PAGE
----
Customer Feedback as a Benchmark
One question I like to ask business leaders is this: “how do you gather, analyze and apply feedback from key stakeholder groups, specifically customers?” The most prominent answer: “we do that ... well, sort of”.
While there is value in getting ad hoc, informal and even unsolicited feedback from clients, a structured, measurable approach, the results of which may be indexed and used as an internal benchmark, is well worth the investment of time and attention.
Instant feedback tools and referral ratings have their place. But when it comes to developing and strengthening strategic, long-term relationships with key accounts, a reliable, repeatable feedback system can be a game changer.
One such approach was pioneered by eKG Research, of Ann Arbor, Michigan. A 22 item, one-page survey was developed with 16 “common questions” (these appear on every survey and provide a comprehensive, industry-wide database for comparison) and six custom questions the client may use to ask questions particular to their interests and needs. The 16 standard questions were carefully developed following extensive research with print customers about the things that matter most to them (some of these may surprise you).
Satisfaction surveys are popular and commonly used. But they are limited. Here’s why. While it’s nice to have satisfied customers, satisfaction alone is not a predictor of loyalty. According to the classic Harvard Business Review article “Why Satisfied Customers Defect” (Thomas O. Jones and W. Earl Sasser, Jr.) clients can be completely satisfied until they find a better option. This new option creates a gap between what you provide (and how) and the newly identified, preferred offering. So, notwithstanding their satisfaction with you, customers “defect.”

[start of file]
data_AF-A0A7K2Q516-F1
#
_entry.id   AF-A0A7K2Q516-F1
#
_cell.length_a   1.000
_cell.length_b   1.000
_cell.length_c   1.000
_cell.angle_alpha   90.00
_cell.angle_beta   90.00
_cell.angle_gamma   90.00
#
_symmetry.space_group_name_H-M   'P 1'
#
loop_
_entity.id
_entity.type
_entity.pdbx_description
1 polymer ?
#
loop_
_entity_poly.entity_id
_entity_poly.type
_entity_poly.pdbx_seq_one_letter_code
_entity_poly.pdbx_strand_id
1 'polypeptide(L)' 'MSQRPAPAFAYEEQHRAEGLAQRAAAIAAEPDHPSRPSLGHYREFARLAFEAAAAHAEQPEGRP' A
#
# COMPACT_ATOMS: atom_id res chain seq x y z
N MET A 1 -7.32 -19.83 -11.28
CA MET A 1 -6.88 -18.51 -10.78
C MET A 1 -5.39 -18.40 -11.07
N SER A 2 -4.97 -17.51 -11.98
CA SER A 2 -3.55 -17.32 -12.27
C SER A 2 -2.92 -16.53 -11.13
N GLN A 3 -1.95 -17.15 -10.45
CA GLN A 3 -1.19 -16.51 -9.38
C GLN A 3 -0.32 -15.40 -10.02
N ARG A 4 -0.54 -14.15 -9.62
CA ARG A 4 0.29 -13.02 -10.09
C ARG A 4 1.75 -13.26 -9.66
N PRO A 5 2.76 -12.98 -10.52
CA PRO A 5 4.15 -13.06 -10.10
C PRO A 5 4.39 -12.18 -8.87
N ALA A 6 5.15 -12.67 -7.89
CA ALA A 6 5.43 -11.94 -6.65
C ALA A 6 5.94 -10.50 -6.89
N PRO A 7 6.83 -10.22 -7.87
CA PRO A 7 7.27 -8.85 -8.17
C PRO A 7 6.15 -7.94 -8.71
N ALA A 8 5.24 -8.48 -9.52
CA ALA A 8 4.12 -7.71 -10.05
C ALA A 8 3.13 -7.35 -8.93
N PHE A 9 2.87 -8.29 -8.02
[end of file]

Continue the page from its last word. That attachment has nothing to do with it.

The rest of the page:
The eKG Research instrument takes a three-dimensional approach to each question: How would your rate us, how would you rate your best alternative to us and how important is this item to you. By adding these two additional dimensions (best alternative and importance), greater meaning and context is provided.
A key strategy for most any business is to provide unique value for their key clients. Unique value may be defined as the distance between you and your competitors as measured by your customers and in the in the things that matter most to them. This three-dimensional approach aggregates these data into a numerical index against which businesses can benchmark their standing and chart a course for meaningful, customer-focused improvement.
For more information on ways to gather meaningful feedback from stakeholders (including customers), contact me at firstname.lastname@example.org.
Joseph P. Truncale, Ph.D., CAE, is the Founder and Principal of Alexander Joseph Associates, a privately held consultancy specializing in executive business advisory services with clients throughout the graphic communications industry.
Joe spent 30 years with NAPL, including 11 years as President and CEO. He is an adjunct professor at NYU teaching graduate courses in Executive Leadership; Financial Management and Analysis; Finance for Marketing Decisions; and Leadership: The C Suite Perspective. He may be reached at Joe@ajstrategy.com. Phone or text: (201) 394-8160.